Bacon as a weapon of mass destruction
by Arun Gupta
Illustrations by Jennifer Lew and Ryan Dunsmuir
Among my fondest childhood memories is savoring a strip of perfectly cooked bacon that had just been dragged through a puddle of maple syrup. It was an illicit pleasure; varnishing the fatty, salty, smoky bacon with sweet arboreal sap felt taboo. How could such simple ingredients produce such riotous flavors?
That was then. Today, you don’t need to tax yourself applying syrup to bacon — McDonald’s does it all for you with the McGriddle. It conveniently takes the filling for an Egg McMuffin, an egg, American cheese and pork product, and nestles it in a pancake-like biscuit suffused with genuine fake-maple syrup flavor.
The McGriddle is just one moment in an era of extreme food combinations — a moment in which bacon plays a starring role from high cuisine to low. There’s bacon ice cream; bacon-infused vodka; deep-fried bacon; chocolate-dipped bacon; bacon-wrapped hot dogs filled with cheese (which are fried and then battered and fried again); brioche bread pudding smothered in bacon sauce; there’s hard-boiled eggs coated in mayonnaise encased in bacon — called, appropriately, the “heart attack snack”; bacon salt; bacon doughnuts, cupcakes and cookies; bacon mints; “baconnaise,” which Jon Stewart described as “for people who want to get heart disease but [are] too lazy to actually make bacon”; Wendy’s “Baconnator,” six strips of bacon mounded atop a half-pound cheeseburger, which sold 25 million in its first eight weeks; and the outlandish bacon explosion, a barbecued meat brick composed of two pounds of bacon wrapped around two pounds of sausage.
It’s easy to dismiss this gonzo gastronomy as typical American excess best followed with a Lipitor chaser. Behind the proliferation of bacon offerings, however, is a confluence of government policy, factory farming, the boom in fast food and manipulation of consumer taste that has turned bacon into a weapon of mass destruction.
While bacon’s harmful effects were once limited to individual consumers, its production in vast porcine cities has become an environmental disaster. The system of industrialized hog (and beef and poultry) farming that has developed over the last 40 years turns out to be ideal for breeding novel strains of deadly pathogens such as the current pandemic of swine flu. If a new killer virus appears, like the Spanish Flu that killed tens of millions after World War I, factory farms will have played a central role in its genesis.
Concentrated animal feeding operations (CAFOs) churn out cheap but flavorless meat. However, for the CAFOs to exist there must be demand for the product. That’s where the industrial food sector comes in. Chains like McDonald’s, Chili’s, Taco Bell, Applebee’s and Pizza Hut approach the tasteless, limp factory beef, pork and chicken as a blank canvas with which to create highly enticing, even addictive, foods by pumping it full of fat, salt, sugar, chemicals and flavorings.
The chains lard on bacon in particular as a high-profit method of adding an item that has a “high flavor profile,” a “one-of-a-kind product that has no taste substitute.” According to David Kessler, author of The End of Overeating, a standard joke in the restaurant chain industry goes, “When in doubt, throw cheese and bacon on it.” In essence, the chains conjure up endless variations on the McGriddle that itself is the mass-produced version of the maple syrup-soaked bacon strip from our childhood.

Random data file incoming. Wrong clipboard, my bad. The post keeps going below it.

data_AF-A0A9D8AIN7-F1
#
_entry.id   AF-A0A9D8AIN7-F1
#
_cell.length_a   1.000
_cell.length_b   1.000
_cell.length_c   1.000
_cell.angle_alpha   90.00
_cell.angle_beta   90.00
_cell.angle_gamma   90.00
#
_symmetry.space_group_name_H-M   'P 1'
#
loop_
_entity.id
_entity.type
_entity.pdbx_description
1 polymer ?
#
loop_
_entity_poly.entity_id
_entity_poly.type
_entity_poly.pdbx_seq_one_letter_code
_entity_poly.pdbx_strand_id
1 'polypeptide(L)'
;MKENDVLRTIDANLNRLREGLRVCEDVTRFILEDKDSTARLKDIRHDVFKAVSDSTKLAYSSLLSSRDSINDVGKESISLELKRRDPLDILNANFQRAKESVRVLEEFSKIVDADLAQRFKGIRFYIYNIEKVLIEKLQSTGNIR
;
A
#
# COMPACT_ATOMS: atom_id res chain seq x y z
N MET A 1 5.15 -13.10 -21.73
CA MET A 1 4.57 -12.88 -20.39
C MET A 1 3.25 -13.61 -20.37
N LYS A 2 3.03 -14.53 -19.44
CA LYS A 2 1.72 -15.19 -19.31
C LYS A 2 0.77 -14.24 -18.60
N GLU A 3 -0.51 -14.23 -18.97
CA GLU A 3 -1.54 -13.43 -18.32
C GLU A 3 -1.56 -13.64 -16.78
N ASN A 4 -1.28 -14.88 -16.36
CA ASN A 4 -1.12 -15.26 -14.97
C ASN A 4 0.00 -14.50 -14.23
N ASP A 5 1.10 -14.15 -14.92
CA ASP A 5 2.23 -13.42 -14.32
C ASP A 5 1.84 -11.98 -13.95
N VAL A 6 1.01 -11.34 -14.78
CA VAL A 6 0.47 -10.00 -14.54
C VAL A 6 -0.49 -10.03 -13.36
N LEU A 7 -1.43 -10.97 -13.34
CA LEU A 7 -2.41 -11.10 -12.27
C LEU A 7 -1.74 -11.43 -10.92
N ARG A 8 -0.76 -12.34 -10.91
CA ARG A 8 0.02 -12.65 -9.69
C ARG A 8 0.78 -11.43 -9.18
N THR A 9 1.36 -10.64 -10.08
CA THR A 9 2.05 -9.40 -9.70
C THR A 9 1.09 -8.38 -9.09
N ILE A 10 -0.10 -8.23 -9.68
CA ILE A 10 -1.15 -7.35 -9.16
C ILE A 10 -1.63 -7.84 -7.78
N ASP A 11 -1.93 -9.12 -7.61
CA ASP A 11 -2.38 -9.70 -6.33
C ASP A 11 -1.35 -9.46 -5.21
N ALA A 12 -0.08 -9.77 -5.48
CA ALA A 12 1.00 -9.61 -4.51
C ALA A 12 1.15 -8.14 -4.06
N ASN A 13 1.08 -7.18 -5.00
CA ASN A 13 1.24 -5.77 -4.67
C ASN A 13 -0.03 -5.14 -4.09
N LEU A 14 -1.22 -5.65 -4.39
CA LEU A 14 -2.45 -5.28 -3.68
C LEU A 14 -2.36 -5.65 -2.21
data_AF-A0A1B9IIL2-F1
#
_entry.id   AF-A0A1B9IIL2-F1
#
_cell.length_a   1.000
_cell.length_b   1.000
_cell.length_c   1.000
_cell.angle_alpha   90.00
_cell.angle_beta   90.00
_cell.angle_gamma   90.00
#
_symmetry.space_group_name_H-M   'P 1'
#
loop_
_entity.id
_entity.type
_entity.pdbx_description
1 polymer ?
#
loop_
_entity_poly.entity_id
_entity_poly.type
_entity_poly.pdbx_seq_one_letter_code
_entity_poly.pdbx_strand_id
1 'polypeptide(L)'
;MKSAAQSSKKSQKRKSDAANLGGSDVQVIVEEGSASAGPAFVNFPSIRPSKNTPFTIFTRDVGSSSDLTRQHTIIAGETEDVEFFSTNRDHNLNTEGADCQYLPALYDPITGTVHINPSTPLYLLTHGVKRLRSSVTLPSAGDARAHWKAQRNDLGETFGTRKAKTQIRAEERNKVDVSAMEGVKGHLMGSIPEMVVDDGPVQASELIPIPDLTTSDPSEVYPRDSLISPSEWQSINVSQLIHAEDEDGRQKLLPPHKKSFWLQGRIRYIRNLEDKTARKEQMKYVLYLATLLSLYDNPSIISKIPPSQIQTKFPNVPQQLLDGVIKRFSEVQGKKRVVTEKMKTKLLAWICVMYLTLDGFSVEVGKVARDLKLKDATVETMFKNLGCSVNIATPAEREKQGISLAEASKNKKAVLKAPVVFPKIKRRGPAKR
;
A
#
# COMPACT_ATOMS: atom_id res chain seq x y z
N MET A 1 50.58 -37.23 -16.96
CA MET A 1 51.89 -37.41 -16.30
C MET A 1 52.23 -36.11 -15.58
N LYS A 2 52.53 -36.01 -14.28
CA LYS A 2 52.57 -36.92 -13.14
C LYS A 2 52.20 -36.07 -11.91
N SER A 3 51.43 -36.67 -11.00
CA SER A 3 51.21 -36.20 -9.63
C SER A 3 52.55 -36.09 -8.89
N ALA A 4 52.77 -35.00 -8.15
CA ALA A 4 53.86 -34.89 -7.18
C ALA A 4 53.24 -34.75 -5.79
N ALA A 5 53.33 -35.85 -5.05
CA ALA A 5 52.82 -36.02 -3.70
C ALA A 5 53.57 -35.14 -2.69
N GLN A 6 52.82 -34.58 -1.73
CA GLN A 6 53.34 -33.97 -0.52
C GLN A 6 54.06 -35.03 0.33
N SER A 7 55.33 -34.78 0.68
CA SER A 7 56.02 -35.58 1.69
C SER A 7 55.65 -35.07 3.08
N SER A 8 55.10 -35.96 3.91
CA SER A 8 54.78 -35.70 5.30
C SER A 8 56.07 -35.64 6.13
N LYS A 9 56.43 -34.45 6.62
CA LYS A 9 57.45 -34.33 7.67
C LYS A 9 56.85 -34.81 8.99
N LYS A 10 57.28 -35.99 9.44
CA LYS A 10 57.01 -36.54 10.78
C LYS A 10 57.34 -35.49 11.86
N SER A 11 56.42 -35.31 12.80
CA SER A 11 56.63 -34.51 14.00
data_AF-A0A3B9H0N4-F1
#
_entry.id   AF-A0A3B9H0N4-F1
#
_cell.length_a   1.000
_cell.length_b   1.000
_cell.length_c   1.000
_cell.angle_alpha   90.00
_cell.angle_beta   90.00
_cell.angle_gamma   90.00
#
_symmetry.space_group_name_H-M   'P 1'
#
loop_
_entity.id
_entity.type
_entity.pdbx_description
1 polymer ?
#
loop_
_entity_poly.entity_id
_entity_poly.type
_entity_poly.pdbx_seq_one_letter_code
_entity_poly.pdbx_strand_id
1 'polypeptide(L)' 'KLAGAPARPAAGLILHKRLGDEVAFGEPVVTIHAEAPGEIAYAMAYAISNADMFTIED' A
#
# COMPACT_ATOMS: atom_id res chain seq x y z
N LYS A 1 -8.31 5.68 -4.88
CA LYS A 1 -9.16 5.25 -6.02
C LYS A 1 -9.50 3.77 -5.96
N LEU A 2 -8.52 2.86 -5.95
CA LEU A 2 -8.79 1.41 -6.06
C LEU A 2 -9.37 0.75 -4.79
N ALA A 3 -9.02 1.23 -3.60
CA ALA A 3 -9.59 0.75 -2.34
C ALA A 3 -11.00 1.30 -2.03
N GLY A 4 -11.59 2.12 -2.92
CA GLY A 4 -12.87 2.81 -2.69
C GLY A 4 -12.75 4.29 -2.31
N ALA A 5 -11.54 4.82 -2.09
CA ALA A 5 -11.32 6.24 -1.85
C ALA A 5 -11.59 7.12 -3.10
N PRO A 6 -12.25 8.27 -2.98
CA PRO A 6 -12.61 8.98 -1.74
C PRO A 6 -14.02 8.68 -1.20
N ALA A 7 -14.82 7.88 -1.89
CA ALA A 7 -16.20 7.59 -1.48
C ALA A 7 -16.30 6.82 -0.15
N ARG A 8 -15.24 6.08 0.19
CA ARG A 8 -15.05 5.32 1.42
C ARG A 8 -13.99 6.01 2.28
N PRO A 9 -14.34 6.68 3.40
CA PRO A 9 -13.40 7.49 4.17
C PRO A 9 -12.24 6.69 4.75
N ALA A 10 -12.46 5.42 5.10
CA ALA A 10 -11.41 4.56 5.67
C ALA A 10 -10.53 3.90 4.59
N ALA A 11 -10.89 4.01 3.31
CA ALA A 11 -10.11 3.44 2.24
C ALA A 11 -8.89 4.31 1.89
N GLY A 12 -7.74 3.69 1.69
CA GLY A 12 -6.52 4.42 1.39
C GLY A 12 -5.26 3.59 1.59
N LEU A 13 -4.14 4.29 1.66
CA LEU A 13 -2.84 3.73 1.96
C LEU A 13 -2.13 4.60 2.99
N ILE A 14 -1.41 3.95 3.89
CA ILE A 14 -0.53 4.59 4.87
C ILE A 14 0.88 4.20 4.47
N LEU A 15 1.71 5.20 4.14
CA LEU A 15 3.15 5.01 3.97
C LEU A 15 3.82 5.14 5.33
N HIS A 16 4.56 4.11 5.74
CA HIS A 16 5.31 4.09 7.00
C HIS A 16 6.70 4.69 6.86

Thus, the crisis of factory farming becomes its own solution through the use of the industrially produced bacon. We know our industrial food system is killing the planet and killing us with heart disease, diabetes and cancer, but how can we resist when it tastes oh-so-good?
Our current food system has its roots in the Dust Bowl and the Great Depression. With thousands of farming families fleeing the land, the Roosevelt administration dispensed credit and established price supports to stabilize the agricultural sector. The policy worked, but inadvertently created large grain surpluses. The problem of surpluses was temporarily alleviated by the demand created by the total mobilization of the state and nation during World War II. But after the war, the question of what to do with the excess production became more pressing.
The answer was to dump the surpluses, first on a devastated Europe, then during the Korean War and finally as “humanitarian aid” to Third World countries.
In the name of national food security, the U.S. government subsidized farmers to produce more food than Americans could eat, and to dump that surplus as a weapon in the Cold War. This policy favored economy of scale and technological innovation to increase yields, because managing overproduction was more effective if the farm sector was reduced and subsidies targeted at large-scale monoculture producers rather than farmers who produced a variety of goods or had small plots of land.
While the U.S. farm population had been shrinking since the late 18th century, when it was 90 percent of the general population, in 1940, on the eve of the U.S. entry into World War II, some 18 percent of Americans were still farmers. By 1970 farmers accounted for only 4.6 percent of the populace because small farms could not compete with government-subsidized agribusiness.
It’s government policy that allowed CAFOs to come into being. Karl Polanyi argued decades ago in The Great Transformation that “laissez-faire was planned.” In other words, government regulation of land, labor and finance creates the conditions for free-market capitalism to operate.